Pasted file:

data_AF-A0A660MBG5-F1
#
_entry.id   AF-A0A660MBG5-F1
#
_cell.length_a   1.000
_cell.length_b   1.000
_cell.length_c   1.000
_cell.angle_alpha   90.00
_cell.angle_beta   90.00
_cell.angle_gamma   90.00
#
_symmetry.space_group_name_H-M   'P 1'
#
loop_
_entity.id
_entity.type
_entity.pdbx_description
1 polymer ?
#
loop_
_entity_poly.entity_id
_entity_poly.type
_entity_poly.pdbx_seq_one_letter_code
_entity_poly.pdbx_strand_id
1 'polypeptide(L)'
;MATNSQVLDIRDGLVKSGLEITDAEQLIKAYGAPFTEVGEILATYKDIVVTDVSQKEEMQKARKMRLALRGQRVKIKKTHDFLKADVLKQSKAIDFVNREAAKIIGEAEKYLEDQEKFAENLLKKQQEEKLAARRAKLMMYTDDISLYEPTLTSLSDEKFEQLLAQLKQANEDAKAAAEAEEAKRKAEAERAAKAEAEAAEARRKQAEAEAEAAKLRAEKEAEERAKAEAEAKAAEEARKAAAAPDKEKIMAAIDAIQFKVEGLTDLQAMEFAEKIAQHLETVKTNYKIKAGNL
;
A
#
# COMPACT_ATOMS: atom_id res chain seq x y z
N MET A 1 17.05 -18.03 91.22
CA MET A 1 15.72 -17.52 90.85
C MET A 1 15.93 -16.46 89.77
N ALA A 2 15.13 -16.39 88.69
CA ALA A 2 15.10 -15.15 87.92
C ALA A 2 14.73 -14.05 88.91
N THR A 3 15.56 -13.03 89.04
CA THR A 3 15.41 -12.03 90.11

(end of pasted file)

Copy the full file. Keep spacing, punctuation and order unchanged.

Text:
data_AF-A0A660MBG5-F1
#
_entry.id   AF-A0A660MBG5-F1
#
_cell.length_a   1.000
_cell.length_b   1.000
_cell.length_c   1.000
_cell.angle_alpha   90.00
_cell.angle_beta   90.00
_cell.angle_gamma   90.00
#
_symmetry.space_group_name_H-M   'P 1'
#
loop_
_entity.id
_entity.type
_entity.pdbx_description
1 polymer ?
#
loop_
_entity_poly.entity_id
_entity_poly.type
_entity_poly.pdbx_seq_one_letter_code
_entity_poly.pdbx_strand_id
1 'polypeptide(L)'
;MATNSQVLDIRDGLVKSGLEITDAEQLIKAYGAPFTEVGEILATYKDIVVTDVSQKEEMQKARKMRLALRGQRVKIKKTHDFLKADVLKQSKAIDFVNREAAKIIGEAEKYLEDQEKFAENLLKKQQEEKLAARRAKLMMYTDDISLYEPTLTSLSDEKFEQLLAQLKQANEDAKAAAEAEEAKRKAEAERAAKAEAEAAEARRKQAEAEAEAAKLRAEKEAEERAKAEAEAKAAEEARKAAAAPDKEKIMAAIDAIQFKVEGLTDLQAMEFAEKIAQHLETVKTNYKIKAGNL
;
A
#
# COMPACT_ATOMS: atom_id res chain seq x y z
N MET A 1 17.05 -18.03 91.22
CA MET A 1 15.72 -17.52 90.85
C MET A 1 15.93 -16.46 89.77
N ALA A 2 15.13 -16.39 88.69
CA ALA A 2 15.10 -15.15 87.92
C ALA A 2 14.73 -14.05 88.91
N THR A 3 15.56 -13.03 89.04
CA THR A 3 15.41 -12.03 90.11